For underneath the titles we carry, chairman of this board, member of that committee, the Reverend so-and-so is just what we confessed at the beginning of this service: a “poor miserable sinner.” One who commits “sins and iniquities.” We who offend God, who deserve temporal and eternal punishment. We are like Joseph’s brothers who deserve to be repaid with the same evil we have done to God and to our neighbors. And let’s not quibble – we don’t only commit a few indiscretions out of ignorance, no way, my dear friends in Christ, we are like Joseph’s brothers who willfully and repeatedly commit evil – and we mean it.
And God is not the only one who sees it. When we as Christians behave as heathen, we hurt the cause of the Gospel. Non-Christians who refuse to come to church because “the church is filled with hypocrites” are right – at least about that part. They are only saying the same thing as Jesus is in our Gospel reading.
But they’re also wrong.
The fact that there are hypocrites in church is no reason to stay away. For they too are hypocrites. For them to absent themselves from the House of God because of the hypocrites is like an alcoholic indignantly refusing to attend AA meetings “because of all the drunks that go there.” Yes indeed, we are hypocrites. Every last one of us. In the words of the children’s song: “The Bible tells me so.” Indeed. The Word of God tells me so. The Ten Commandments tell me so. The incarnate Word of God, our Lord Jesus Christ, tells me so in this Gospel reading today.
And that is exactly why it is a Gospel reading.
For our Lord is warning us. He is giving us loving correction. He isn’t treating us as expendable employees, but rather treats us all as His dear children. For as Luke reminds us, our Lord’s words are being addressed “toward His disciples.” You cannot be a “disciple” without being “disciplined.”
The Lord admonishes us to treat others with mercy – even as we pray: “Lord have mercy upon us. Christ have mercy upon us. Lord have mercy upon us.” We are not to be judgmental, holier-than-thou scolds with our noses in the air. This doesn’t mean we are not to condemn evil nor to uphold what is right. But we certainly should never take pleasure when others stumble, nor should we see ourselves as any more righteous than anyone else. For the measure we mete out to others will be applied right back to us. “Forgive us our trespasses,” we say just before receiving the Lord’s forgiving Supper, “as we forgive those who trespass against us.”
When we see others’ faults, our Lord commands us (he doesn’t merely suggest, ask, or offer a helpful hint), he orders us, to treat those faults as specks in the eye, while seeing our own as planks. Of course, you can’t see very well what kind of sawdust others have when our own vision is impaired by eye-logs. We are to focus on ourselves, our own faults, our own sins, our own flaws and imperfections. We have more than enough there to occupy us for a whole lifetime in this vale of tears.
For once our own sins are removed, we can then truly help our neighbor with his. We can then lovingly assist in spreading the grace of God rather than simply use our neighbor’s sins and errors, something to gossip about, something to take pleasure in because we perceive our sins as somehow more minor or acceptable.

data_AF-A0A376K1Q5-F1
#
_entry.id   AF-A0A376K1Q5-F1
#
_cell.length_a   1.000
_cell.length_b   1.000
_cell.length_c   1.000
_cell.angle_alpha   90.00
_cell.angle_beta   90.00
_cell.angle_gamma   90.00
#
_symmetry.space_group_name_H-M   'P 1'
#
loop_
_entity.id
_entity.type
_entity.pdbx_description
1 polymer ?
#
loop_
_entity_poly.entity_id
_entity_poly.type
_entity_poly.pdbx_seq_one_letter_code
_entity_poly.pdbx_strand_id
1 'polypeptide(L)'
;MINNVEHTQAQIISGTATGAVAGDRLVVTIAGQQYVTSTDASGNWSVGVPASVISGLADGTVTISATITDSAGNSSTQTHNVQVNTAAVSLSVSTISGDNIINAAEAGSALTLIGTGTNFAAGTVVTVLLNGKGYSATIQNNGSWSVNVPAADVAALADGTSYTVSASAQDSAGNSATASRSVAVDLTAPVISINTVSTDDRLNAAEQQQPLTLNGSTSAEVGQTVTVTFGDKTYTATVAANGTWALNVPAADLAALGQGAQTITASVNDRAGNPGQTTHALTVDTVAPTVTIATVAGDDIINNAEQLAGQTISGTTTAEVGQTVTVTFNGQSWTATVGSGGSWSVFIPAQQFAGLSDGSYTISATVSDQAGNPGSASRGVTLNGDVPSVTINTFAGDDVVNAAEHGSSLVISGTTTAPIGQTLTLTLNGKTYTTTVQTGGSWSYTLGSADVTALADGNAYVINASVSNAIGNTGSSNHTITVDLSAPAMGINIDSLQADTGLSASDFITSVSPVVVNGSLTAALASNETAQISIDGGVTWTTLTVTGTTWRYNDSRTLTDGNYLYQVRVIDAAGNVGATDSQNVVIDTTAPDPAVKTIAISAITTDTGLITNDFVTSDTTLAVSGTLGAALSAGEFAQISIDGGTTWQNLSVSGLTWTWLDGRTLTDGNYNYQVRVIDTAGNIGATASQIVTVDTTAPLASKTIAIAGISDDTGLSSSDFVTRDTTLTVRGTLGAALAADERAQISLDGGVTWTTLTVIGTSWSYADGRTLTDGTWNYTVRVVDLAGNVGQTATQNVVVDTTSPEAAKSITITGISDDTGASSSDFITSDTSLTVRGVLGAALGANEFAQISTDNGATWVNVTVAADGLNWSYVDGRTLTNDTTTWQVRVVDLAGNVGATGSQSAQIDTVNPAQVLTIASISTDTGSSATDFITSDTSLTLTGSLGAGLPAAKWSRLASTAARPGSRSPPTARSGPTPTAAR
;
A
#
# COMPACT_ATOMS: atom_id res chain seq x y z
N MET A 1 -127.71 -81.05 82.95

But once more, dear friends, what does Jesus say? He is telling us point blank that our sins are not less than our neighbors. He is telling us they are planks compared with specks.
So what to do? Well, our blessed Lord doesn’t simply call us hypocrites and tell us we are condemned. That’s why our Lord’s harsh words for us today are merciful. They are indeed Gospel. For he tells us to “remove the plank.” Using a carpentry metaphor, he tells us our sins are removable. Just as a plank of wood can be taken away, so can our sins – even the great sin of hypocrisy that stains all of us.
That is why we are here. All of God’s hypocrites assemble together in weekly commemoration of His resurrection. We pray, sing, read the Scriptures, and break bread. For we are indeed recovering hypocrites. We struggle against temptation moment by moment, day by day, year by year. We fall off the wagon again and again. We come back here to receive mercy, grace, forgiveness, and healing. For just as our Lord has destroyed death by death, he uses hypocrites to cure hypocrites. He provides for his hypocritical people by giving them hypocritical pastors with the authority to remove their planks, specks, and every sin in between. For remember the promise spoken by our Lord in our Old Testament reading, spoken to a group of men who kidnapped their brother, threw him in a well, told their father he was dead, and sold him into slavery. Speaking through the brother who was wronged, God says: “‘Do not be afraid; I will provide for you and your little ones.’ And he comforted them and spoke kindly to them.”
For the Lord even takes our intended evils and turns them to good, for the salvation of all people.
So when those outside the church – people for whom the Lord suffered and died, people whom the Lord earnestly seeks to save – complain that “the church is full of hypocrites,” we can certainly smile, admit that Jesus Himself says as much, and add: “There’s always room for one more.”
We who suffer the brokenness of creation can take comfort in our baptism, in the forgiveness of sins, and in the promise that “the sufferings of this present time are not worthy to be compared with the glory which shall be revealed in us.” For our decaying, hypocritical, sinful “creation itself also will be delivered from the bondage of corruption into the glorious liberty of the children of God.” Amen.
In the name of the Father and of the + Son and of the Holy Spirit. Amen.